John Hurrell – 23 May, 2012
Of the other three items, a piece of floor sculpture provides the exhibition title, an old fashioned slide projector shining ‘The Usual' in text form on the wall. It is like a New Yorker cartoon. And as a show title, it ironically implies the exhibition is in fact unusual and you'd better not miss it. Or it could be claiming the 'usual' brilliance.
10 May - 26 May 20012
Christina Read’s set of cut out, suede leather, paintings at RM are simple, austere compositions, usually reliant on glued-on concisely-lettered sentences and occasionally, the words of titles.
On the main wall four of these minimal but elegant hangings are butted together in a row. They all vaguely interconnect - formally and conceptually. The first, of six little white rectangles positioned in a curved line (as if a mouth), apparently refers to some European queen’s false teeth. It is entitled Little squares of wax. Wax is associated with ears, so putting ears to mouths seems to joke about whispering and secrecy. While putting even hardened wax in mouths seems vile and disgusting.
The second seems to also refer to body parts, maybe prosthetic metal noses used to replace noses eroded by syphilis or the result of warfare. Nose of silver and gold hints of corruption and greed - the smelling out of money. There is also an ambiguity. Is it one nose or two?
Ideas for a show (a) states its own name in block letters, but with horizontal rectangles faintly drawn to enable word positioning and still detectable, no (a), and with slivers of colour peeking around the ‘R’. The ‘F’ and the last ‘O’ are hard to read - a perverse pun perhaps on the artist’s surname.
The last work in that suite, Ideas for a show (b), seems to be a tall yellow plinth on a grey mat - though it could be like the two noses with one vertical rectangle obscuring another. Or part (a) obscuring part (b) - the title self-destructing.
Of the other three items, a piece of floor sculpture provides the exhibition title, an old fashioned slide projector shining ‘The Usual’ in text form on the wall. It is like a New Yorker cartoon. And as a show title, it ironically implies the exhibition is in fact unusual and you’d better not miss it. Or it could be claiming the ‘usual’ brilliance.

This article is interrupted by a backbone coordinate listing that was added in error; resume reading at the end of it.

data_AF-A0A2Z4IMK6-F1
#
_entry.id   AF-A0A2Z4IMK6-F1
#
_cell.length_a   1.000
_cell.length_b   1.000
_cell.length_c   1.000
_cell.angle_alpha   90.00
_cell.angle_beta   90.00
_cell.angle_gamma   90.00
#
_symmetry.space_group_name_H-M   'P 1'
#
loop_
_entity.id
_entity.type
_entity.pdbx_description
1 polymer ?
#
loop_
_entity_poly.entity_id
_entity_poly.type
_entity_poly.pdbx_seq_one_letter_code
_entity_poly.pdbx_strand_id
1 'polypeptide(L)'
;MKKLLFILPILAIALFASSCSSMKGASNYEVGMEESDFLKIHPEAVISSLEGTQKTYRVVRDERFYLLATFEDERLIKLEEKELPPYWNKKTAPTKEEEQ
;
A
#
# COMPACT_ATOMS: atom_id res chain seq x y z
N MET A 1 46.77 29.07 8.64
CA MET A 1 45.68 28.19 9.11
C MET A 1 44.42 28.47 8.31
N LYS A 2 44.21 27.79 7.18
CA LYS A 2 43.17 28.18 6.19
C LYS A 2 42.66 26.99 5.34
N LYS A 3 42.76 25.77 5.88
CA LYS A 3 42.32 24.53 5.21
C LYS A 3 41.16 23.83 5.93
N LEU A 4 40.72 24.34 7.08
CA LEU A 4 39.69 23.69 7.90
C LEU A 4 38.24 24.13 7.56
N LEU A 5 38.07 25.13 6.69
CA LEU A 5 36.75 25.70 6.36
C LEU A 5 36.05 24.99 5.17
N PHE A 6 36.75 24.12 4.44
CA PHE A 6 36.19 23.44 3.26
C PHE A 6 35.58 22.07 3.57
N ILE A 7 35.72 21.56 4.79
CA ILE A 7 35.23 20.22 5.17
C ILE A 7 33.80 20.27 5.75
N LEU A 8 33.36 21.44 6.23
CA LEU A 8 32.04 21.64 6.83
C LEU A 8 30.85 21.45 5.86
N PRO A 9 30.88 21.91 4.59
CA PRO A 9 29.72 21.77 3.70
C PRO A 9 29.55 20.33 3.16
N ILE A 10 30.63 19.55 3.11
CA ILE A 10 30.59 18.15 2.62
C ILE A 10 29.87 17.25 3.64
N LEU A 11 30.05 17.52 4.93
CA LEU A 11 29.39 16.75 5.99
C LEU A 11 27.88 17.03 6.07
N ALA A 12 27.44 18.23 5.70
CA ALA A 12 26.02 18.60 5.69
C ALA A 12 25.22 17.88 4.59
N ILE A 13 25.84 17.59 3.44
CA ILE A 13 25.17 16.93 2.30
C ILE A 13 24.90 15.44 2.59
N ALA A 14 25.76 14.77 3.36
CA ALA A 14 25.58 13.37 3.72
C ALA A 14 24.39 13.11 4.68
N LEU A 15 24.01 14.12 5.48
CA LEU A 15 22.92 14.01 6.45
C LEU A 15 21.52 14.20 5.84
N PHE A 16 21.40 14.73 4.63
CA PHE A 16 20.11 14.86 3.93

Balloons and rubber bands is just that, those white and yellow items glued in a posey-like cluster onto an uneven, dark blue, mutilated rectangle hanging off a stick. It is the best painting here for the collapsed materials look intriguing - the rubber bands implying they could keep air within such balloons, and perhaps a soft reposte to Schnabel’s famous plate paintings. And the blue support is strangely funny too. A brilliant combination that really prods the imagination.
Elephants displays a sentence that claims these creatures are not capable of jumping. The way the words are set out on three lines has the middle one forming an extended trunk. Above the text appears to be three strands of sharp wire and between the top two, a severed elephant’s tail made of coloured wool. A poignant morality tale.
This is a nice, amusingly whimsical show from Read. Its lightness of touch doesn’t necessarily mean you’d tire of it, and the last two works especially resonate with all sorts of connotations. Well worth visiting.
GRACE BUTLER MEMORIAL FOUNDATION AWARD AT ARA
3 Month Studio Residency for an Artist with an Association with Canterbury
Comprehensive online access to contemporary art & leading galleries around the world